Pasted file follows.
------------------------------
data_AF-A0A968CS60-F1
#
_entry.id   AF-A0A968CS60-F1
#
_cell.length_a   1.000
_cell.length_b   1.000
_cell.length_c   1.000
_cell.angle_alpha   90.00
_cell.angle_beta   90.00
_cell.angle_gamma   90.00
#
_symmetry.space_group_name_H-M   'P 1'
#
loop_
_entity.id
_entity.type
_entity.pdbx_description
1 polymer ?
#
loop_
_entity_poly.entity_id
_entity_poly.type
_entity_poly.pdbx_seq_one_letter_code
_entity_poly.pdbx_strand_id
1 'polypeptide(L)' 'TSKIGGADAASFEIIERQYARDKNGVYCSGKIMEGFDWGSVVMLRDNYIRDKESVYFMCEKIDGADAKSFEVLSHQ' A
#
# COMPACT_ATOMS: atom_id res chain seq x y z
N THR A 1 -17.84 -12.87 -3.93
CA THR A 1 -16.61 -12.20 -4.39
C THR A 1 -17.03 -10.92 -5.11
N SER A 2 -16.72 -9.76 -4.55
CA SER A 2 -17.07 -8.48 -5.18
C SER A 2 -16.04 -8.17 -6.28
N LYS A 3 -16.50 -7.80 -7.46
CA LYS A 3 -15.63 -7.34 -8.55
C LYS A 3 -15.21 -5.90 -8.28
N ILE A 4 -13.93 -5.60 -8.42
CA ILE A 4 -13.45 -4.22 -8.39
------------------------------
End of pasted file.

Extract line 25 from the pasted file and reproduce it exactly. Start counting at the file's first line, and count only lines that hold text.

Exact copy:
1 'polypeptide(L)' 'TSKIGGADAASFEIIERQYARDKNGVYCSGKIMEGFDWGSVVMLRDNYIRDKESVYFMCEKIDGADAKSFEVLSHQ' A